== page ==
New regulation would see Seychellois mobile users charged to the second, saving money

Regulations to ensure that mobile users in Seychelles are charged for the actual duration of a call is being drafted, said a top government official.
“Currently, operators are charging mobile users calls per minute even if a call lasts a few seconds. A prepaid call is almost SCR4 on average per minute though there are variations depending on the package and if it is during peak or non-peak hour,” said Benjamin Choppy, the principal secretary of the Department of Information and Communication Technology.
He explained that though his office has not registered a large number of complaints from users, the government wanted a regulation that puts Seychelles in line with other international jurisdictions.
“According to the best international practices, clients should be paying for their actual usage. In the proposition for the regulation, service providers are obliged to charge per second, so if you are making a 30-second call, you pay for the actual 30 seconds of the call and not a full one minute,” said Choppy.
The per second billing regulation will be part of the broadcasting and telecommunications act.
At the moment, the department is working with the Attorney General’s office to draft the regulation which is expected to be ready by the end of June or in July.
The principal secretary added that the regulation will “probably come into operation at the start of 2021 as we need to take into consideration the operators, who will need to carry out some work on their side.”
There are only two companies providing mobile services in Seychelles, an archipelago in the western Indian Ocean and these are Cable and Wireless Seychelles and Airtel Seychelles.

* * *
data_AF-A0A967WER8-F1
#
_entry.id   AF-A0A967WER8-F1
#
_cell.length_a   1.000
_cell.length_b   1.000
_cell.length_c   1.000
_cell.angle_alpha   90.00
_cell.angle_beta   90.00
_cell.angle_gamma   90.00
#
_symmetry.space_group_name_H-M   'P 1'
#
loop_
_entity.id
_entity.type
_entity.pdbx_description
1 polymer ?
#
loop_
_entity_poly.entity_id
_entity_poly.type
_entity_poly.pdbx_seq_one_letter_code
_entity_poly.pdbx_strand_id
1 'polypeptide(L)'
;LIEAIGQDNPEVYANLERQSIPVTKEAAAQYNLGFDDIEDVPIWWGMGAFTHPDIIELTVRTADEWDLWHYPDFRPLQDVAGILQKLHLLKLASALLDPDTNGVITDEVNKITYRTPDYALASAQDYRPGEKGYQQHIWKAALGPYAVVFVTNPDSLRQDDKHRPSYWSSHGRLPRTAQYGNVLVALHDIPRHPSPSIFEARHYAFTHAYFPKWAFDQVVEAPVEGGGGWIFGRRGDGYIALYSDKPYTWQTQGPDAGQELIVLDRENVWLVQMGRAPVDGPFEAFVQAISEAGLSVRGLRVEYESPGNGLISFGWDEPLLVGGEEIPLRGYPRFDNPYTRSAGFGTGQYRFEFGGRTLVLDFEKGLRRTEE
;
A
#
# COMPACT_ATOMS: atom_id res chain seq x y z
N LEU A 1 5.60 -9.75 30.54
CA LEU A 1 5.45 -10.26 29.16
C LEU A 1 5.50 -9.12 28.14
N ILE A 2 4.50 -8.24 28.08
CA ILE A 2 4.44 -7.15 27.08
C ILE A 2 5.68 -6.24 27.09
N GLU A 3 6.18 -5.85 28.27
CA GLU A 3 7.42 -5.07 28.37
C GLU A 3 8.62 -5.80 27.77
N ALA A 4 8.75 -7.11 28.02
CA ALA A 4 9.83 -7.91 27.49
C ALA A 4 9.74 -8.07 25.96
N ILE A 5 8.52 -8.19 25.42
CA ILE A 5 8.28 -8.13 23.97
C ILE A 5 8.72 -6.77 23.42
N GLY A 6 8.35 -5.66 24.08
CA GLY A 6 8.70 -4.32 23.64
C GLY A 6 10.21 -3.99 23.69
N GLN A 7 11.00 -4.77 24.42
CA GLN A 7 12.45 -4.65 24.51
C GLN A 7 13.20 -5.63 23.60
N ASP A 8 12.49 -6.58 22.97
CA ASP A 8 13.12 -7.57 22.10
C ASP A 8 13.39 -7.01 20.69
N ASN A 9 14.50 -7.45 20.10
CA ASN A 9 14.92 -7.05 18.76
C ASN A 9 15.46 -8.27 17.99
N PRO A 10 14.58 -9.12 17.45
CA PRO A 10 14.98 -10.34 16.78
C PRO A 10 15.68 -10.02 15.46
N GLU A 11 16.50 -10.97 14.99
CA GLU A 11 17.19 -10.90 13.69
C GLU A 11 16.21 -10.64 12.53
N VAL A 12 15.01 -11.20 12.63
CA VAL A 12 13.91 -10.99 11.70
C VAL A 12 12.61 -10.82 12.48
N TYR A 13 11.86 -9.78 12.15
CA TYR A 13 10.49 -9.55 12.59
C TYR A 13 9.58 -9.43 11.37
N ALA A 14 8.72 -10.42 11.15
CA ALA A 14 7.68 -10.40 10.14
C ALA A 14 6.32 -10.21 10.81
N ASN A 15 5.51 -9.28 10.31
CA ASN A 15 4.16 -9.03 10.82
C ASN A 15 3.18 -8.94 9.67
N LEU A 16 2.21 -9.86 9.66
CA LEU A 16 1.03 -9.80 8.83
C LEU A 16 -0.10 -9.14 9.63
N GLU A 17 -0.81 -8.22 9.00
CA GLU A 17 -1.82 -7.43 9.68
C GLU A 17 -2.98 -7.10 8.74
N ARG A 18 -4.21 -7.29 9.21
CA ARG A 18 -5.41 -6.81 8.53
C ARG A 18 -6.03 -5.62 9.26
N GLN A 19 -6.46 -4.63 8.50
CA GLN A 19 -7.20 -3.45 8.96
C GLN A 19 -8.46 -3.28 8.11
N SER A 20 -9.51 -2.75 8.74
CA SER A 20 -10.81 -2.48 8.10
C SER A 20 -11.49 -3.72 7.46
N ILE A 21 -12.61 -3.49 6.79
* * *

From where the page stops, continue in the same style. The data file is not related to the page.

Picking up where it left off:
The legal, regulatory, internal audit and compliance manager at Airtel, Erol Sophola, told SNA that “for the time being the company is waiting for an official communication on the subject matter from the regulator along with the proposed regulation to be gazetted.”
He said, “These official communications will provide details on when and how the per-second billing will be implemented. It is only then that we would be able to appreciate the possible implications of the regulation on both the business and customers.”
“Nonetheless, Airtel will comply with its legal obligations and remains committed to serving the best interest of the people and the country,” added Sophola.
The public relations executive at Cable and Wireless Seychelles, Bella Damou, said that consultation with local partners is a step in the right direction to have legislation that reflects the local environment and follows best practices. 
“However, Cable and Wireless Seychelles is not sure what process DICT has used to obtain the views and comments of stakeholders who are not service providers,” she added.
The new regulation will not affect the way landline services are charged.
“Our specialists analysed that with a landline, prices are a lot lower even if a customer is being charged per three minutes. We didn’t get many complaints coming from landline users and as per best international practices, we do not see per-second billing for landlines,” said Choppy.
Source: Seychelles News Agency